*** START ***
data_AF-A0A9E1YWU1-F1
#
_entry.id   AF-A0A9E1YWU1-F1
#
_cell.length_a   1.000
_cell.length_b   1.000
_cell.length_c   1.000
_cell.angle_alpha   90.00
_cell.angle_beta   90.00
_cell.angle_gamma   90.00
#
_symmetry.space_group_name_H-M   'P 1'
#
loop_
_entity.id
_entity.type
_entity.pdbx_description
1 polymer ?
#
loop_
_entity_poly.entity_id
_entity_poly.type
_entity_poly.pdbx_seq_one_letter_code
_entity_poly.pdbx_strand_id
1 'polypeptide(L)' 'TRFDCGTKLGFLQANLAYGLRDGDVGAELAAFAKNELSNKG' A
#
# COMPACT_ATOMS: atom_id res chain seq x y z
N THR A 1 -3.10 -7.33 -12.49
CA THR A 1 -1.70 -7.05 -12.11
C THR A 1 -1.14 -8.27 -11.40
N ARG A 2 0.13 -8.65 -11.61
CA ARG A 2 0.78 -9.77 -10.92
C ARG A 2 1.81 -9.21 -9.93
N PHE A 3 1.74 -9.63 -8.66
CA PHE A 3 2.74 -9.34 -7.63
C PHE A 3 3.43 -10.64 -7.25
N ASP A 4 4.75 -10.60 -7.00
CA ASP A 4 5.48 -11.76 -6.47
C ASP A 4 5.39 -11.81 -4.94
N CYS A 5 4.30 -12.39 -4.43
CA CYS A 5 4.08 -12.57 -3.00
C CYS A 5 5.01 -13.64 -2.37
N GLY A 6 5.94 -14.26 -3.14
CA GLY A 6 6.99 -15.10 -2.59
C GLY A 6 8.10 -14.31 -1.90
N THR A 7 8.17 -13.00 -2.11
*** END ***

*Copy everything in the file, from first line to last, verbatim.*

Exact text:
data_AF-A0A9E1YWU1-F1
#
_entry.id   AF-A0A9E1YWU1-F1
#
_cell.length_a   1.000
_cell.length_b   1.000
_cell.length_c   1.000
_cell.angle_alpha   90.00
_cell.angle_beta   90.00
_cell.angle_gamma   90.00
#
_symmetry.space_group_name_H-M   'P 1'
#
loop_
_entity.id
_entity.type
_entity.pdbx_description
1 polymer ?
#
loop_
_entity_poly.entity_id
_entity_poly.type
_entity_poly.pdbx_seq_one_letter_code
_entity_poly.pdbx_strand_id
1 'polypeptide(L)' 'TRFDCGTKLGFLQANLAYGLRDGDVGAELAAFAKNELSNKG' A
#
# COMPACT_ATOMS: atom_id res chain seq x y z
N THR A 1 -3.10 -7.33 -12.49
CA THR A 1 -1.70 -7.05 -12.11
C THR A 1 -1.14 -8.27 -11.40
N ARG A 2 0.13 -8.65 -11.61
CA ARG A 2 0.78 -9.77 -10.92
C ARG A 2 1.81 -9.21 -9.93
N PHE A 3 1.74 -9.63 -8.66
CA PHE A 3 2.74 -9.34 -7.63
C PHE A 3 3.43 -10.64 -7.25
N ASP A 4 4.75 -10.60 -7.00
CA ASP A 4 5.48 -11.76 -6.47
C ASP A 4 5.39 -11.81 -4.94
N CYS A 5 4.30 -12.39 -4.43
CA CYS A 5 4.08 -12.57 -3.00
C CYS A 5 5.01 -13.64 -2.37
N GLY A 6 5.94 -14.26 -3.14
CA GLY A 6 6.99 -15.10 -2.59
C GLY A 6 8.10 -14.31 -1.90
N THR A 7 8.17 -13.00 -2.11